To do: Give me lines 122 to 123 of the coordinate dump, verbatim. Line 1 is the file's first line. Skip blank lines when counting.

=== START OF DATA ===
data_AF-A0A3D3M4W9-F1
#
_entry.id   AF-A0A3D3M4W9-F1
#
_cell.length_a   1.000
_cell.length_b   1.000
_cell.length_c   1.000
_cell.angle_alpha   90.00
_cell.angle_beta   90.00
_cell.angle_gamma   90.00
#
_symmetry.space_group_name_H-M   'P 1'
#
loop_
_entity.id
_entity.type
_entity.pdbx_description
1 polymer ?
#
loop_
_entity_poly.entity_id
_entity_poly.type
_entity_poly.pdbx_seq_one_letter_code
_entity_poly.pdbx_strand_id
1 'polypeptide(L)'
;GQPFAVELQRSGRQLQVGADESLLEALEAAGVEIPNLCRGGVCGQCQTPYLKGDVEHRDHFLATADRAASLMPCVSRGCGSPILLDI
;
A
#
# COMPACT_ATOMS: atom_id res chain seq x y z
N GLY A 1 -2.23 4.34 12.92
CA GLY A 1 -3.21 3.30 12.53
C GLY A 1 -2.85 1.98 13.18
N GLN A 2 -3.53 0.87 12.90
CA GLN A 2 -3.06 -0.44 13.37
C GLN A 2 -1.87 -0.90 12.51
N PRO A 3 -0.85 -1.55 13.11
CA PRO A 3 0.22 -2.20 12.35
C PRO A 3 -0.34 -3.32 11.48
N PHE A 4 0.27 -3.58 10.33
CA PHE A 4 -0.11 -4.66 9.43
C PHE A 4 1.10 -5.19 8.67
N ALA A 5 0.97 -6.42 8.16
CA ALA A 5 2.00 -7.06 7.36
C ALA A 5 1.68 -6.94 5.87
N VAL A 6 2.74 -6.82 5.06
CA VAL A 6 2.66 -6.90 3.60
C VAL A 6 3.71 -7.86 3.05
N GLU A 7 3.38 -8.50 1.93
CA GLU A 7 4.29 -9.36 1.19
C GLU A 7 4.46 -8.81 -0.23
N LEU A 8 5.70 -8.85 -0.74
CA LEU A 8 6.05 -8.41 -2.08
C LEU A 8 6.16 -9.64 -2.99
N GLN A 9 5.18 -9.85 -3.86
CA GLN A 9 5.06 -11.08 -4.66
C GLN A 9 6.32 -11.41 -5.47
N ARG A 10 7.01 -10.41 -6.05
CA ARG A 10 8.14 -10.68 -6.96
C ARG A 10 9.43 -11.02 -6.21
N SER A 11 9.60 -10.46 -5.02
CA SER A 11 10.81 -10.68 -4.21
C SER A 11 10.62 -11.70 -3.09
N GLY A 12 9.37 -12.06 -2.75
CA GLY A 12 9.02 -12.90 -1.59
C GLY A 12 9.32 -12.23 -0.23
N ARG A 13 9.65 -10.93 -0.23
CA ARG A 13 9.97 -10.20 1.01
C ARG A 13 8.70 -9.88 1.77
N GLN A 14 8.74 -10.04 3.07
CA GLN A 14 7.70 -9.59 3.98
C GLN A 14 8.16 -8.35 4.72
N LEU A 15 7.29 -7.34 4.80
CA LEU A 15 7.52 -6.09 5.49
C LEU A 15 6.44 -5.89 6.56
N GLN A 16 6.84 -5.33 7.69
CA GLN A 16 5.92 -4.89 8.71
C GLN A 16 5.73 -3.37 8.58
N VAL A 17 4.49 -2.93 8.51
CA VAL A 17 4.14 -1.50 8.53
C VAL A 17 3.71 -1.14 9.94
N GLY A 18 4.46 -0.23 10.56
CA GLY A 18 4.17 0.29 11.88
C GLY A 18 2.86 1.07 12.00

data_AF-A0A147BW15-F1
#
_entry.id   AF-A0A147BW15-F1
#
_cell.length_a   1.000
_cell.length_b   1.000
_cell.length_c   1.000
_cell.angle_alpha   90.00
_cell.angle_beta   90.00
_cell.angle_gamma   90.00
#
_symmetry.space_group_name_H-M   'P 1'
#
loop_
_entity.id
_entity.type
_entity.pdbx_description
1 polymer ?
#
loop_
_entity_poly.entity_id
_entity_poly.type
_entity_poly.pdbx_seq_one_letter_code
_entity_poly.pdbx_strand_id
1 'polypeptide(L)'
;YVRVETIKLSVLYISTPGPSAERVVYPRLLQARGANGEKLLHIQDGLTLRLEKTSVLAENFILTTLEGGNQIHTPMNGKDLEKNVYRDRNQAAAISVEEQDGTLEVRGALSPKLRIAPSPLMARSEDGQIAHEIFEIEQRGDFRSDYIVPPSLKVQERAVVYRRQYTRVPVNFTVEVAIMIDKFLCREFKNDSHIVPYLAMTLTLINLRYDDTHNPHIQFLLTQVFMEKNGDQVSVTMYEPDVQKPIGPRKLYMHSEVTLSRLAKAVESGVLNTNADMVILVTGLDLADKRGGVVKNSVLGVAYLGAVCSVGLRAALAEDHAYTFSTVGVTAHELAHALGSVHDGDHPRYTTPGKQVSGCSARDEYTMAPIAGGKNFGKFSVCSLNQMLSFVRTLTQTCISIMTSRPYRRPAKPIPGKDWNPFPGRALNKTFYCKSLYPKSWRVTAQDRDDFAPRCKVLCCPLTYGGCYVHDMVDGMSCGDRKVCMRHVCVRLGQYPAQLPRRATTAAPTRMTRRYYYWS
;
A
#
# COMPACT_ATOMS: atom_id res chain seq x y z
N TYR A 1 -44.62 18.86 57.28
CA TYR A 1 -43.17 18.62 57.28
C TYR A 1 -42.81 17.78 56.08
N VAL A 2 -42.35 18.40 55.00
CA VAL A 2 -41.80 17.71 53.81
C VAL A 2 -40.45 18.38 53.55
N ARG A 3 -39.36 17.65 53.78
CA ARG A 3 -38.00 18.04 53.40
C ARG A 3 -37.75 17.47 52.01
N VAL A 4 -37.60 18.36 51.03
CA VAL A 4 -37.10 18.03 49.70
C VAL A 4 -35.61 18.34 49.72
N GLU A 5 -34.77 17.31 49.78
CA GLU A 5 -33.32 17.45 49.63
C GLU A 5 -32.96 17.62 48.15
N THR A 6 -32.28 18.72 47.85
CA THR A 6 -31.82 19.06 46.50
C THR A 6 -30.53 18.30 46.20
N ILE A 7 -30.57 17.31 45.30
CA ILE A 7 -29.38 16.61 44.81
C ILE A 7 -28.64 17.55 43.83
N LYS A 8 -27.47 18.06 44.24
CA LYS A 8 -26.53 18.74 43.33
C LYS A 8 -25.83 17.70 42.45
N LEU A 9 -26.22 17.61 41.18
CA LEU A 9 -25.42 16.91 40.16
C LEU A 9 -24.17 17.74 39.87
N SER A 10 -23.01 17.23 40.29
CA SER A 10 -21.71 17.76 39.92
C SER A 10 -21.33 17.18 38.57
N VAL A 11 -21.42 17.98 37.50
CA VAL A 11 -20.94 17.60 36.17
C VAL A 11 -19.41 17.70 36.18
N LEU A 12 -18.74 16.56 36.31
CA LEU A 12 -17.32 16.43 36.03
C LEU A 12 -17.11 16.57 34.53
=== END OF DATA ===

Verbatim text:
CA ARG A 3 -38.00 18.04 53.40
C ARG A 3 -37.75 17.47 52.01